My first Parenting Without a Map workshop on Tuesday in Staten Island, at 5 Boro Power Yoga, went exceptionally well. And in the wake of the TIME magazine cover of a sleek, beautiful mom breastfeeding her toddler son (who has to stand on a chair to clamp his mouth over his mother’s bare breast), I think the timing couldn’t be more perfect.
For the truth about parenting is that it is a very personal path and there is no right way. There are many philosophies and idea to choose from but really, each parent is the expert on his/her child and no one outside of the family unit can better attest to what that family needs.
The TIME article, which I finally read on the plane back from New York, focused on my personal favorite parenting guru, Dr. Sears. I found his perspective – keep baby close to you, a baby’s cry is a cry for help not to be ignored, etc. – refreshing, empowering and right-on.
But not every parent does. I loved breastfeeding and believed fully that it was best for me and my children. I did my research. I made my decision. But I never told anyone else that they had to do what I did or they’d be a bad parent. My sister never breastfed and her kids are remarkable as is she as a mom. Some of my friends breastfed their kids until they were 4. Some are disgusted by the idea. And I love them all.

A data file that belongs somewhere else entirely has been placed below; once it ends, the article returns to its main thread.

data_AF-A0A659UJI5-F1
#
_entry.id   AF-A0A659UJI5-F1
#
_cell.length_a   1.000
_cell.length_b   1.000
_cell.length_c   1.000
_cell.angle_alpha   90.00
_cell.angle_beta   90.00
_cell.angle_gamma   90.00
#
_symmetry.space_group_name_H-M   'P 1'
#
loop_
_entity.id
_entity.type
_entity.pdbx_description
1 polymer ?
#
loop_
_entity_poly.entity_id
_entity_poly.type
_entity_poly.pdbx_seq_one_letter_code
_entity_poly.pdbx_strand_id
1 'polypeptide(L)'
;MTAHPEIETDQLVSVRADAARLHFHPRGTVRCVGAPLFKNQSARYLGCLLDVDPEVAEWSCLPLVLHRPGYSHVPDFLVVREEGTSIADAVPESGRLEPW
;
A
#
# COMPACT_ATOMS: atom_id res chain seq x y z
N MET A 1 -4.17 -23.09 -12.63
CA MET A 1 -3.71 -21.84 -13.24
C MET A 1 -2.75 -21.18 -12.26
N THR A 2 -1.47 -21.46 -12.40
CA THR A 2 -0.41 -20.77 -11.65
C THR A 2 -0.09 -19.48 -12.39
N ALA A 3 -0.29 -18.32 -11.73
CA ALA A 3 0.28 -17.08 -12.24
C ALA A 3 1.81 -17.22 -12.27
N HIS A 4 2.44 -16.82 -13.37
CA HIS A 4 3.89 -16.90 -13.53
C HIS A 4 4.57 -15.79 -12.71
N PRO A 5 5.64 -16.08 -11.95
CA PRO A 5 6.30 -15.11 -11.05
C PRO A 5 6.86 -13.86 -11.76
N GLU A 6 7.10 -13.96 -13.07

And it’s not just about breastfeeding. It’s our decisions to stay home or send kids to day care. How we give birth (with drugs or without). The foods we feed our children. The amount of TV/video games/computer we allow our kids. It goes on and on. So many would rather judge others than focus on their child right before them (who, by the way, is only given to us for a very short time before they venture off into the world – why waste that time judging others?).
What it all boils down to is that it’s none of anyone’s business what another parent choose to do most of the time. If you beat your kids, yell at them (especially in public), are rude or nasty or otherwise unkind, if you neglect them or feed them soda pop and potato chips at every meal, I may very well say something – because that is harmful to the child. And to society.
For when a child is mistreated early on in life, he grows up to mistreat others.
There is something deep, deep in me that aches when a child is hurt, whether emotionally or physically. They don’t ask to be born. They come into this world trusting and seeing good everywhere. We teach them hatred and neglect. We teach them indifference. We break them if we are not mindful in our approach to parenting.
My Parenting Without a Map workshops [Next one: THIS Saturday at 2:30 p.m. at Karma Yoga in Bloomfield Hills – join me!!!] are designed to help parents be mindful, be purposeful in their parenting decisions, be deliberate. And the wisdom therein teaches parents to accept and love themselves along this very challenging path we call parenting.
The first one went off brilliantly at 5 Boro Power Yoga in Staten Island. I’m booking them around the country. Because it’s the future of our world in our hands – that’s how important our parenting approach is. And it’s not about whether you breastfeed or carry your baby in a sling – it’s about looking your child in the eye and truly seeing them as an individual who’s been entrusted to you to raise. A gift. A joy.